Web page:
Northwestern University has been awarded $50 million over five years from the National Science Foundation (NSF) and the Simons Foundation to establish the National Institute for Theory and Mathematics in Biology (NITMB), to be based in downtown Chicago. The institute will be the first of its kind in the U.S.
Mathematics has the potential to distill biology’s complexity and predict future phenomena. NITMB researchers from across disciplines will develop and use math to investigate some of the most important fundamental questions in the life sciences. And the institute offers bidirectional opportunities: Discoveries in biology also will motivate new developments in mathematics.
The University of Chicago (UChicago) is Northwestern’s key partner in this initiative. Together, the two universities will create a nationwide collaborative research community that will generate new mathematical results and uncover the “rules of life” through theories, data-informed mathematical models, and computational and statistical tools. The institute also will foster international collaborations at the interface of the mathematical and biological sciences, helping establish a vibrant worldwide research network for decades to come.
“We are delighted to partner with the University of Chicago on another groundbreaking interdisciplinary endeavor,” Northwestern President Michael Schill said. “Through deliberate and intentional research collaboration, we can have a greater impact on our region and society.”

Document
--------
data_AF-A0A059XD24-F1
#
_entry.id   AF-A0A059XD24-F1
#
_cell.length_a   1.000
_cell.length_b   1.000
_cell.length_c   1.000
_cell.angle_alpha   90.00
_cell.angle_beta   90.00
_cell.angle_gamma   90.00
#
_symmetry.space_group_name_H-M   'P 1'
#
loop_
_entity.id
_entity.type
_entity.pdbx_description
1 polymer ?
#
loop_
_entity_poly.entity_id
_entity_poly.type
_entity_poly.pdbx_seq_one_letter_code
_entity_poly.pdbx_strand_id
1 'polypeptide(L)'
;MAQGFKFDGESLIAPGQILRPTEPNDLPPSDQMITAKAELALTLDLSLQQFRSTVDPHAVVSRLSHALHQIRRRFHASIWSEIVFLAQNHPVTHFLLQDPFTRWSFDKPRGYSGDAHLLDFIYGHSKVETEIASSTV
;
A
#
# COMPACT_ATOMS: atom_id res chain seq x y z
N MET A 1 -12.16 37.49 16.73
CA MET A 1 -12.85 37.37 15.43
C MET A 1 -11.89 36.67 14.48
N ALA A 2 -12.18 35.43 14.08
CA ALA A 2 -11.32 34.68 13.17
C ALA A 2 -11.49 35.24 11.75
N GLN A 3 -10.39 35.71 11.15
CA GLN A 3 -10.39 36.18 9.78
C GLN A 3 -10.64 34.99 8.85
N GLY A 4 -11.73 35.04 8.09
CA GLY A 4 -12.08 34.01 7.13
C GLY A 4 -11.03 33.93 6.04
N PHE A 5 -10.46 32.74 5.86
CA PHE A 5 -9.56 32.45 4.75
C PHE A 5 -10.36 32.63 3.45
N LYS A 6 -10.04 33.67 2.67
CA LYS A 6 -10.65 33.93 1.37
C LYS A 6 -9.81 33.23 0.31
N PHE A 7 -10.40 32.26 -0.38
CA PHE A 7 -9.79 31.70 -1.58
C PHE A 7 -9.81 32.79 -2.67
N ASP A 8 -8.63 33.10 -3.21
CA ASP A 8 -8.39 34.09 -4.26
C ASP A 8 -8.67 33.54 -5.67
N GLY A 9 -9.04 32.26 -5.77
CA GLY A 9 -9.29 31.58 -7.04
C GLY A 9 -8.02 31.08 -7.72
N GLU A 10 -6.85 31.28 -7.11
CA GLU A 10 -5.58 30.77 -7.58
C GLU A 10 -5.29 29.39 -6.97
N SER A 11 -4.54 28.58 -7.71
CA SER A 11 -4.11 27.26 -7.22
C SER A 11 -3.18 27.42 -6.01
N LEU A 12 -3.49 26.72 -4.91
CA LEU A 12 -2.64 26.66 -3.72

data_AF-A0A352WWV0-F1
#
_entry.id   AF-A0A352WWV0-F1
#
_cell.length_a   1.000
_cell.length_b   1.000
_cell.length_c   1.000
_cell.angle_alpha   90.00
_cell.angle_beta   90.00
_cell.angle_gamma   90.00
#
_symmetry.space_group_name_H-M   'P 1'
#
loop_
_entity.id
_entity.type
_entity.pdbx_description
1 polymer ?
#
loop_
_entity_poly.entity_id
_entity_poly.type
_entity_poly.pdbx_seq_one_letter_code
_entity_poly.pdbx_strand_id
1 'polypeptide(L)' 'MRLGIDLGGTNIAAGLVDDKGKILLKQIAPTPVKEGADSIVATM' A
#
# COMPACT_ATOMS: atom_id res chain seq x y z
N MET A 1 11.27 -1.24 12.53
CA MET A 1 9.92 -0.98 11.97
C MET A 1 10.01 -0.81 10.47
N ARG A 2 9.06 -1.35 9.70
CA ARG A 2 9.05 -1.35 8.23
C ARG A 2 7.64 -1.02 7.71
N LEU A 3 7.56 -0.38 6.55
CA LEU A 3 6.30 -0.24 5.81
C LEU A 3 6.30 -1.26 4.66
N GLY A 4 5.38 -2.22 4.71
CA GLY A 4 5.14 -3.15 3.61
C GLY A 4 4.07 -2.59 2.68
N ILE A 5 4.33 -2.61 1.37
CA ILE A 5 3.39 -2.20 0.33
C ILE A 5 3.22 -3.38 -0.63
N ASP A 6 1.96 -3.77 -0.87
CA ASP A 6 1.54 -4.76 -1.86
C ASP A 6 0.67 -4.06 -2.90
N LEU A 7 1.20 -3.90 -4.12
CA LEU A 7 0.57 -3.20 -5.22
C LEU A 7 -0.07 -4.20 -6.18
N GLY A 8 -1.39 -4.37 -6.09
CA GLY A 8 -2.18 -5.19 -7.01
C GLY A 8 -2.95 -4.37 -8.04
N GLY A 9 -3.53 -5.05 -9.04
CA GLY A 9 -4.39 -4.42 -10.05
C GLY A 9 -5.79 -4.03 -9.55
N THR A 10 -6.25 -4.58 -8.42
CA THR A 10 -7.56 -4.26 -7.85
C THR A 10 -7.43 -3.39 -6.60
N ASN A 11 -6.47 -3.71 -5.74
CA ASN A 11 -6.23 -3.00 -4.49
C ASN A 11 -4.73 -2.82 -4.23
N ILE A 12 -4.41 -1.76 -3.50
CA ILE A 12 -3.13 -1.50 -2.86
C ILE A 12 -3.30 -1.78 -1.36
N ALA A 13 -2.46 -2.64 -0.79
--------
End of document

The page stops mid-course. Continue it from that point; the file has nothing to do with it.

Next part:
Foundational advances in biology and mathematics will lead to increased knowledge of human intelligence, advances in the biomedical sciences and better understanding of the effects of climate change upon plants and animals, among other benefits.
Richard Carthew, the Owen L. Coon Professor of Molecular Biosciences in Northwestern’s Weinberg College of Arts and Sciences, is director of the new institute.
“There are many deep questions about human life and all branches of biology,” Carthew said. “Our goal is to better understand the mathematical basis underlying both the capabilities and constraints of living systems. We hope to revolutionize the study of biology, much like physics has benefited from an alliance with mathematics. An ambitious goal, yes, and an exciting one.”
As Carthew and his team begin working toward this goal, he noted that Northwestern and UChicago have complementary strengths in mathematics and the life sciences. “Together, we are bigger than the sum,” he said.
William Kath, the Margaret B. Fuller Boos Professor and professor of engineering sciences and applied mathematics at Northwestern’s McCormick School of Engineering, and Rebecca Willett, professor of statistics and computer science at UChicago, are deputy directors of NITMB.
“The NITMB will achieve foundational advances at the intersection of mathematics and biology,” Willett said. “These include tools for understanding when a group of organisms exhibit collective behavior that wouldn’t be seen in any individual, a theory of how masses of undifferentiated cells establish the geometric pattern that frames a fully developed organism, and a mathematical understanding of how living systems learn and adapt to new conditions with limited training. The Northwestern and UChicago teams will bring together leading experts in mathematics and biology and make the Chicago area the hub for convening scientists around the globe to work on these important problems.”
The institute’s work promises to have a lasting impact on the disciplines of life sciences and mathematics as well as society at large.